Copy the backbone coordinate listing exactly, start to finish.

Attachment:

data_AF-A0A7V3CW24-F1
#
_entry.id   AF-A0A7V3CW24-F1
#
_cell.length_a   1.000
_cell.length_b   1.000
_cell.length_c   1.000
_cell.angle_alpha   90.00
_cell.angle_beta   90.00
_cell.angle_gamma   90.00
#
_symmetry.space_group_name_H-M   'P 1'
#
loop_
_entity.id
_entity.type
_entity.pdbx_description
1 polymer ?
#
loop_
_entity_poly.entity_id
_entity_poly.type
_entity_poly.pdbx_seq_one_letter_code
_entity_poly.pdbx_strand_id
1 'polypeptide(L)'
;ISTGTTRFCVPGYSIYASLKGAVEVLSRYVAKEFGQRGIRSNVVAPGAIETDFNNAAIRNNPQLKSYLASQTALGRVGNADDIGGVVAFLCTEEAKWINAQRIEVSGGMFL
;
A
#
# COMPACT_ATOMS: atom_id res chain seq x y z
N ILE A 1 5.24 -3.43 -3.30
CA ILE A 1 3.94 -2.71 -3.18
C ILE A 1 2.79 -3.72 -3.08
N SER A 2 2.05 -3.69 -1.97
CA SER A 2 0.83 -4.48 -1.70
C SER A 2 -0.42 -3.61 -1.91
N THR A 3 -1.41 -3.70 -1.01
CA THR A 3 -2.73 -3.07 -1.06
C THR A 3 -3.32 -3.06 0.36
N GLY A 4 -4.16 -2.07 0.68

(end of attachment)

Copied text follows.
data_AF-A0A7V3CW24-F1
#
_entry.id   AF-A0A7V3CW24-F1
#
_cell.length_a   1.000
_cell.length_b   1.000
_cell.length_c   1.000
_cell.angle_alpha   90.00
_cell.angle_beta   90.00
_cell.angle_gamma   90.00
#
_symmetry.space_group_name_H-M   'P 1'
#
loop_
_entity.id
_entity.type
_entity.pdbx_description
1 polymer ?
#
loop_
_entity_poly.entity_id
_entity_poly.type
_entity_poly.pdbx_seq_one_letter_code
_entity_poly.pdbx_strand_id
1 'polypeptide(L)'
;ISTGTTRFCVPGYSIYASLKGAVEVLSRYVAKEFGQRGIRSNVVAPGAIETDFNNAAIRNNPQLKSYLASQTALGRVGNADDIGGVVAFLCTEEAKWINAQRIEVSGGMFL
;
A
#
# COMPACT_ATOMS: atom_id res chain seq x y z
N ILE A 1 5.24 -3.43 -3.30
CA ILE A 1 3.94 -2.71 -3.18
C ILE A 1 2.79 -3.72 -3.08
N SER A 2 2.05 -3.69 -1.97
CA SER A 2 0.83 -4.48 -1.70
C SER A 2 -0.42 -3.61 -1.91
N THR A 3 -1.41 -3.70 -1.01
CA THR A 3 -2.73 -3.07 -1.06
C THR A 3 -3.32 -3.06 0.36
N GLY A 4 -4.16 -2.07 0.68